United States District Court, N.D. Indiana, South Bend Division
JEFFERY R. SINGLETON, Plaintiff,
NANCY A. BERRYHILL, ACTING COMMISSIONER OF SOCIAL SECURITY Defendant.
OPINION AND ORDER
MICHAEL G. GOTSCH, SR. UNITED STATES MAGISTRATE JUDGE.
25, 2017, Plaintiff Jeffery R. Singleton filed a complaint in
this Court seeking judicial review of the Social Security
Commissioner's final decision to deny his application for
disability benefits. [DE 1]. Alternatively, Singleton seeks
remand for further consideration of his application by the
Appeals Council, which was denied on May 31, 2017. Singleton
filed his opening brief in this matter on December 26, 2017.
[DE 22]. On January 31, 2018, the Commissioner of Social
Security (“Commissioner”), filed a response
asking the Court to affirm the decision denying benefits. [DE
23]. This matter became ripe on February 13, 2018, when
Singleton filed his reply brief. [DE 24]. This Court may
enter a ruling in this matter based on the parties'
consent, 28 U.S.C. § 636(c), and 42 U.S.C. §
August 26, 2013, Jeffery R. Singleton (hereinafter,
“the Plaintiff”) filed a Title II application for
a period of disability and disability insurance benefits. The
Plaintiff also filed a Title XVI application for supplemental
security income on August 26, 2013. In both applications, the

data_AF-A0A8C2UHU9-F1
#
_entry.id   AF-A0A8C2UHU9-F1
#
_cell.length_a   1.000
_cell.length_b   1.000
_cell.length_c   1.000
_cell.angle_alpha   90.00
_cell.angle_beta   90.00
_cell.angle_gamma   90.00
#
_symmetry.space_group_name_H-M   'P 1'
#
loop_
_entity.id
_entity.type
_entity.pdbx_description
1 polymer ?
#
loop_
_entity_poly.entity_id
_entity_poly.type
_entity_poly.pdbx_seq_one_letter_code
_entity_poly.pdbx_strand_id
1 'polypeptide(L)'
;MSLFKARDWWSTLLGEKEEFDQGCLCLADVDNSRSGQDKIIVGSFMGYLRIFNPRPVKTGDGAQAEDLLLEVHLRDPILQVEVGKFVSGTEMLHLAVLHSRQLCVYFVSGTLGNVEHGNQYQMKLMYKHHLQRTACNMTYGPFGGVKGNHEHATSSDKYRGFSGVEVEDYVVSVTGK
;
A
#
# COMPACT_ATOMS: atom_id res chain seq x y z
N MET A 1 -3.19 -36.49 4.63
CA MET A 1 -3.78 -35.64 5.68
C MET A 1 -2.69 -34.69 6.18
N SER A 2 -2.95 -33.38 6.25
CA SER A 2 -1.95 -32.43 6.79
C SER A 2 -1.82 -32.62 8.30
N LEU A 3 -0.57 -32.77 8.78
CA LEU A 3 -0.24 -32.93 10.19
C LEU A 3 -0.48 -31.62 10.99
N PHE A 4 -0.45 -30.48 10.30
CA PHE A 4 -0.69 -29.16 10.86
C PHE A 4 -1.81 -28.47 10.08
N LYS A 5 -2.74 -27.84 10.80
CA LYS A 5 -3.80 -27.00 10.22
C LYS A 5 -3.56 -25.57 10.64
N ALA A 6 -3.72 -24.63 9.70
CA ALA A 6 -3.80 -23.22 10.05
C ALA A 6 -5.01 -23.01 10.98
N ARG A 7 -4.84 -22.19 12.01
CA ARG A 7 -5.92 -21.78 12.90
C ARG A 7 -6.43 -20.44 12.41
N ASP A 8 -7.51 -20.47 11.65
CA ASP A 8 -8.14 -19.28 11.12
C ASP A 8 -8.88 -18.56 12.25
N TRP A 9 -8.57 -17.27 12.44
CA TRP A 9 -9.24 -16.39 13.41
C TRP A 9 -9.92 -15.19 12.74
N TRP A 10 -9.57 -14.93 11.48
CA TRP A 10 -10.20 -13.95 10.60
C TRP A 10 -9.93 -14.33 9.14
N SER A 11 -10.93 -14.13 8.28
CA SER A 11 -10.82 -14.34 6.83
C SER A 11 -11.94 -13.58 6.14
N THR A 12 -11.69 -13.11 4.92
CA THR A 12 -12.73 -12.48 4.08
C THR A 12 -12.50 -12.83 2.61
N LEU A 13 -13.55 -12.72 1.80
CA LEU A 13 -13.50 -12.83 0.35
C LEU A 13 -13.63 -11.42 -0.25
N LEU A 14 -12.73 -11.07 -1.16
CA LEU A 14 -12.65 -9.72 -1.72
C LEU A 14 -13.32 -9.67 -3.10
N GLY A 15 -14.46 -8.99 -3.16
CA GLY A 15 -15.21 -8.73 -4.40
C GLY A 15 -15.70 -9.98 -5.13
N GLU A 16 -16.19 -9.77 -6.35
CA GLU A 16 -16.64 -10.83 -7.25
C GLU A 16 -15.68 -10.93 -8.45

Plaintiff alleged disability beginning on August 1, 2012.
These claims were initially denied on November 15, 2013, and
upon reconsideration on April 10, 2014. Thereafter, the
Plaintiff filed a written request for hearing on April 16,
2014. On November 17, 2015, the Plaintiff appeared in
Valparaiso, Indiana, and an Administrative Law Judge
(“ALJ”) presided over the video hearing from
Livonia, Michigan. An impartial vocational expert also
appeared and testified at the hearing. The Plaintiff amended
his alleged disability onset date to March 1, 2013. The
Plaintiff's representative submitted a post-hearing brief
objecting to various aspects of the vocational expert's
hearing testimony. The ALJ reviewed the post-hearing
objections and found them unavailing. Based upon the August
26, 2013 application for disability, Disability Insurance
Benefits (“DIB”) and Supplemental Security Income
(“SSI”), the ALJ found the Plaintiff not disabled
under sections 216(i), 223(d), and 1614(a)(3)(A) of the
Social Security Act on February 11, 2016.
the hearing, the ALJ issued a written decision reflecting the
following findings based on the five-step disability
evaluation prescribed by the Social Security
Administration's (“SSA's”) regulations.
At Step One, the ALJ found the Plaintiff meets the insured
status requirements of the Act through December 31, 2018 and
found that the Plaintiff has not engaged in substantial
gainful activity since March 1, 2013. At Step Two, the ALJ
found that the Plaintiff has the following severe
impairments: lumbar degenerative disc disease, bilateral
shoulder degenerative joint disease, and hepatitis C. At Step
Three, the ALJ found that the Plaintiff does not have an
impairment or combination of impairments that meets or
medically equals the severity of one of the listed
impairments in 20 C.F.R. Part 404, Subpart P, Appendix 1.
then determined that the Plaintiff retained the residual
functional capacity (“RFC”) to perform light work
as defined in 20 C.F.R. 404.1567(b) and 416.967(b). The ALJ
found that Plaintiff can lift and/or carry up to twenty
pounds occasionally and ten pounds frequently, and sit for up
to six hours and stand and/or walk for up to six hours in an
eight-hour workday. Additionally, the ALJ determined that the